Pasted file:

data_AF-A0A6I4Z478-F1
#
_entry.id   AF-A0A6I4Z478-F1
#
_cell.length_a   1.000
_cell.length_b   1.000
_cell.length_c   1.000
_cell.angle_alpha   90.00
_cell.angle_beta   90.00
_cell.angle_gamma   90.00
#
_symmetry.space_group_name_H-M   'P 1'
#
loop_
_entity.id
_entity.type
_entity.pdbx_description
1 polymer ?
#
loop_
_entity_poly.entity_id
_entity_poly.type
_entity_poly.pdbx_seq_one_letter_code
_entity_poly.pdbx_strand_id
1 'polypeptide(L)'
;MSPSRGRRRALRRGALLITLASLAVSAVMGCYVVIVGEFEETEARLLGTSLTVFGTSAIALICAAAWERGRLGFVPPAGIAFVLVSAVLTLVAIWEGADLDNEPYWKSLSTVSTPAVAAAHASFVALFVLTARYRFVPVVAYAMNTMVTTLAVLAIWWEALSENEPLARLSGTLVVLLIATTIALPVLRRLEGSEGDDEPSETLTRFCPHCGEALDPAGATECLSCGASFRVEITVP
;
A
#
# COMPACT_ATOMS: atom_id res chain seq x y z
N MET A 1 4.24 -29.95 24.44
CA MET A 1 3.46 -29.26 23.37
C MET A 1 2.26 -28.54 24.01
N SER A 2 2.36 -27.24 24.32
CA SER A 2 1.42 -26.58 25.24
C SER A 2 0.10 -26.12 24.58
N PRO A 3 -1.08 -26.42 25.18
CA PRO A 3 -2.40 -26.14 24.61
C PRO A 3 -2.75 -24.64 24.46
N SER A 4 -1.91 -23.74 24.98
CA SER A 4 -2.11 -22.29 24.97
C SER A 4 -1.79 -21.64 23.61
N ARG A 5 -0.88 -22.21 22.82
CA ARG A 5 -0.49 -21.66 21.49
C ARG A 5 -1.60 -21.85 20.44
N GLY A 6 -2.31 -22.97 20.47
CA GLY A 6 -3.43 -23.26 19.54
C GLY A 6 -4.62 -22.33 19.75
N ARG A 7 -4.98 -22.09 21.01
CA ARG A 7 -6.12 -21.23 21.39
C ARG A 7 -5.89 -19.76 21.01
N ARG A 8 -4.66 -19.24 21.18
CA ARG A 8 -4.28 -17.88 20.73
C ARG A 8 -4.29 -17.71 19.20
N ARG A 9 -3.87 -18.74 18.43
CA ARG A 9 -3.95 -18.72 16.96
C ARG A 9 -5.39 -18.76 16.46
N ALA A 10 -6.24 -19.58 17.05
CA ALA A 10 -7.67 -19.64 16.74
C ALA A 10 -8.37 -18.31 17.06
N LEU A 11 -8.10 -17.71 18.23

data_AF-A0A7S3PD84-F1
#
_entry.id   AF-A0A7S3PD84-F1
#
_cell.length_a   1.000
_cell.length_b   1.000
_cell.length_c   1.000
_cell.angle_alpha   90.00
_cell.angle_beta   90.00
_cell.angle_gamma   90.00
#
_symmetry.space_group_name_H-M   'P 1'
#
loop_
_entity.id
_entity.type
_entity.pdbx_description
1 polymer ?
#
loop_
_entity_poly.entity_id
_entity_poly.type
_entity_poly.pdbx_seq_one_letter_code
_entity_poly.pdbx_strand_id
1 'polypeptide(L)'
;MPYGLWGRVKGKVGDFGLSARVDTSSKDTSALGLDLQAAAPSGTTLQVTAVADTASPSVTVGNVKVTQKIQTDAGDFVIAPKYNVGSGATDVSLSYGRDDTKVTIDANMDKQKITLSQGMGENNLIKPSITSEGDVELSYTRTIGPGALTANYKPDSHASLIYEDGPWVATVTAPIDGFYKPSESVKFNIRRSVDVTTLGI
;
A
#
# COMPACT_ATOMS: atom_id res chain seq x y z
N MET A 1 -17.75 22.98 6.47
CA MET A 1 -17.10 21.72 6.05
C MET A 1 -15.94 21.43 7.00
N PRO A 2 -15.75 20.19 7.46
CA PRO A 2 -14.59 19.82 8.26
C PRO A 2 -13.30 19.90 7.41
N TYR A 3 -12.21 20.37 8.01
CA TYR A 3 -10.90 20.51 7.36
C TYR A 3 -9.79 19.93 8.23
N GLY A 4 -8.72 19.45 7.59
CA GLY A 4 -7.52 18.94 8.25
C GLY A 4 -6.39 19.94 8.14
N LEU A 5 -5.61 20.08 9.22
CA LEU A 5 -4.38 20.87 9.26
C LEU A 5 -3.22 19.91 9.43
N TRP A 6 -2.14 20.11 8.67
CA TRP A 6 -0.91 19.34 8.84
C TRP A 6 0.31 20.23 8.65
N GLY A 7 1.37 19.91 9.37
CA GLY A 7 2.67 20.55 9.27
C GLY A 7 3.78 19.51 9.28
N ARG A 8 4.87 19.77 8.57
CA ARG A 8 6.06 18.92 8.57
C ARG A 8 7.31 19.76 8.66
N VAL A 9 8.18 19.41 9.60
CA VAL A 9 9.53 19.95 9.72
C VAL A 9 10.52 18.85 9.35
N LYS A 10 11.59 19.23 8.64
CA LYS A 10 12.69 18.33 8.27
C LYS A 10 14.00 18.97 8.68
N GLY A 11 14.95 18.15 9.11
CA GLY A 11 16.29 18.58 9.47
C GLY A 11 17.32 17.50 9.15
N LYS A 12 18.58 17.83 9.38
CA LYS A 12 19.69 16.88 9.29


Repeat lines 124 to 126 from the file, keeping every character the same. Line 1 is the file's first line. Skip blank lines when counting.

C GLY A 11 17.32 17.50 9.15
N LYS A 12 18.58 17.83 9.38
CA LYS A 12 19.69 16.88 9.29